These days, sugar is being recognized as the culprit for an increasing list of ailments, from heart disease to digestive issues to weight gain.
Most diets recommend a decrease in sugar consumption, but that's often easier said than done. Cravings for sugar can be as compelling as having fallen under a spell. But there are ways to address those cravings to keep your diet healthy and wholesome.
Here are some solutions to keep sugar cravings at bay and feel great while doing it:
1. Keep your stress in check.
You can’t talk about sugar cravings without talking about stress and emotions. For many of us eating—especially sweets—carries emotional ties, and many people use sweets as a way to fill a void.
These stresses and emotions then cause a physical reaction: Hormones such as cortisol and neurotransmitters like serotonin and dopamine are sensitive to stress and then cause sugar cravings.
So, what can you do about this? Pay attention to the cause of your cravings to determine whether they’re from physical hunger, indigestion, or are stress-related.
If you think your cravings may be stress-related, there are a number of ways you can deal with your stress, including mindful eating, meditation, and exercise.
With time, attention, and maybe some help, you can learn to identify the emotions that cause your sugar cravings, and with this knowledge, you can plan different responses to those stressors.
2. Make it easy for yourself to avoid sugar.
Don’t keep sugary foods in your home or at work.
3. Don’t start your day with a high-sugar breakfast.
When you eat sugar, your body starts to produce insulin, which then creates a yo-yo effect of alternating high and low blood sugar that is directly related to sugar craving.
If you start your day with sugar, you’re likely setting yourself up for more sugar cravings throughout the day.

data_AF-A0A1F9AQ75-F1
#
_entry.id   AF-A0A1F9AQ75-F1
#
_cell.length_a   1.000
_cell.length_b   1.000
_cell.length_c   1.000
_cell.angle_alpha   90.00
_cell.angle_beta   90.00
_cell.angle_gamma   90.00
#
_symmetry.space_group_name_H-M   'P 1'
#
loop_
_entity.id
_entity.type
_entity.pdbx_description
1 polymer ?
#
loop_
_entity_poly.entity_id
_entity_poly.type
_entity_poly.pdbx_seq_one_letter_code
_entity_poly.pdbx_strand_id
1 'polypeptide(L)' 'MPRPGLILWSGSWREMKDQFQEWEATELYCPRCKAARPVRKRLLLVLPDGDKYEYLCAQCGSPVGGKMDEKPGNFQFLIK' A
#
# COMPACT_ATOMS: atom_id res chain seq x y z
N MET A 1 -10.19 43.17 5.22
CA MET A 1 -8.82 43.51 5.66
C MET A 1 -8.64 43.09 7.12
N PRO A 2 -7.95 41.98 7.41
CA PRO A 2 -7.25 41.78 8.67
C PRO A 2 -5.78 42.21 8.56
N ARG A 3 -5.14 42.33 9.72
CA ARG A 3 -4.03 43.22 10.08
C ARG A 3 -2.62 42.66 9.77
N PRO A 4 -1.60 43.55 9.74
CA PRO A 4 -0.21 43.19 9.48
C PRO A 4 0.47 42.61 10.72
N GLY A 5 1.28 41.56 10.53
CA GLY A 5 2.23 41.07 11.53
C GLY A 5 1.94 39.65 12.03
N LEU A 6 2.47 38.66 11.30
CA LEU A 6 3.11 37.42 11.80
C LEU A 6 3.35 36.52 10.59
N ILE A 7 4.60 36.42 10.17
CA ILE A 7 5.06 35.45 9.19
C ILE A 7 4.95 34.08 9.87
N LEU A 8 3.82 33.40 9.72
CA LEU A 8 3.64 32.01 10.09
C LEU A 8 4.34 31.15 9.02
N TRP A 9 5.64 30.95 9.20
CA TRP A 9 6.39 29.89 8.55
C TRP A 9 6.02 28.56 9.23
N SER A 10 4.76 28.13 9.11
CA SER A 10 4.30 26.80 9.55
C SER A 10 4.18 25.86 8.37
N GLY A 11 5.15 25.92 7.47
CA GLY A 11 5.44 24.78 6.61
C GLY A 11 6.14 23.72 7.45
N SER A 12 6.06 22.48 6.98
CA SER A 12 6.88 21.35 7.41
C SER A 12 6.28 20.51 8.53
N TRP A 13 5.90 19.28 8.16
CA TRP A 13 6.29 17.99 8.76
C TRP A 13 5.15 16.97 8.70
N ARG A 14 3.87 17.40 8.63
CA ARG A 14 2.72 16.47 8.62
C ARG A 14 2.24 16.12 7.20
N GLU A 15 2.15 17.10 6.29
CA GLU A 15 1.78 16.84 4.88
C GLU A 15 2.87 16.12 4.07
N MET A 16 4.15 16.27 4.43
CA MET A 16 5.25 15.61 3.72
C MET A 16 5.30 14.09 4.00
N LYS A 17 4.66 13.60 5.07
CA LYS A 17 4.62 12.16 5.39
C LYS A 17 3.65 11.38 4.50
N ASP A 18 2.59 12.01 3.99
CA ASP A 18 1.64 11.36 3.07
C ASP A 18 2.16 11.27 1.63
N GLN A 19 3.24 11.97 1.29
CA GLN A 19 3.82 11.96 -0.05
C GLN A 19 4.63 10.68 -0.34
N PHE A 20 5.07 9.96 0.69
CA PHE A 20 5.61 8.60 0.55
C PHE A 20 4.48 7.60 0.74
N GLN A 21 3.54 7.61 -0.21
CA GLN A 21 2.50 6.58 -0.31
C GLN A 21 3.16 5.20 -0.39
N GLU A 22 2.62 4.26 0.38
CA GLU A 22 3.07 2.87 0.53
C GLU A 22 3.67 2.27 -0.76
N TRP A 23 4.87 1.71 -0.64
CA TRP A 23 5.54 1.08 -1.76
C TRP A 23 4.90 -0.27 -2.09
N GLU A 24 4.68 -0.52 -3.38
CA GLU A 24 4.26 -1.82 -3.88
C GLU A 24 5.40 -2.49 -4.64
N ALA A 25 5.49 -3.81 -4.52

4. Stock up on healthy whole foods that you can use for meals, snacks, and cravings.
This includes whole grains, proteins, vegetables, and low-glycemic fruits such as berries, lentils, beans, and healthy fats from nuts, olives, and avocados.
5. Take a multivitamin and mineral supplement.
This will ensure that you get the micronutrients that are known to curb sugar cravings.
Zinc, vitamin C, tyrosine, and niacin help in releasing serotonin to curb cravings. Or you can eat foods high in these nutrients.
Food sources of zinc include oysters, crab, and beef. Vitamin C is found in citrus fruit and strawberries. Niacin is in fortified cereals (avoid the ones that are high in sugar) and fatty fish.
6. Avoid getting extremely hungry.
When you sit down at the table ravenous, you’re more likely to overeat and eat mindlessly. Plan ahead and don’t skip meals.
7. Avoid getting extremely thirsty.
Dehydration is often mistaken for hunger, so before you go for that snack, have a glass of water.
8. Get enough sleep.
When we are sleepy, we tend to use food to give us an energy boost. In addition, getting less than seven hours of sleep a night is shown to prevent weight loss.
9. Make sure you eat protein with meals and snacks.
Protein stabilizes your blood sugar spikes.
If you have sugar cravings and are already eating enough protein, you may have low stomach acid, so make sure you're digesting it by adding a digestive enzyme supplement that targets protein.
10. Limit artificial sweeteners.
In an effort to decrease dependence on sugar, many people turn to sugar substitutes like Splenda, Equal, etc. These sugar substitutes may not add calories, but they still perpetuate your sweet tooth merely by being sweet.
11. Tone up your microbiome.
Eat fermented foods such as kimchi, yogurt, kefir, sauerkraut, as well as lots of veggies for fiber. That’s the way to keep your gut healthy. If you need to take antibiotics (which kill all good and bad bacteria in the digestive tract), take probiotics as well to restock your intestines with good bacteria.
If you find yourself eating too much sugar, be gentle with yourself, let go of the guilt, and keep trying. It takes many failures as well as victories to change a habit or rid yourself of this addiction.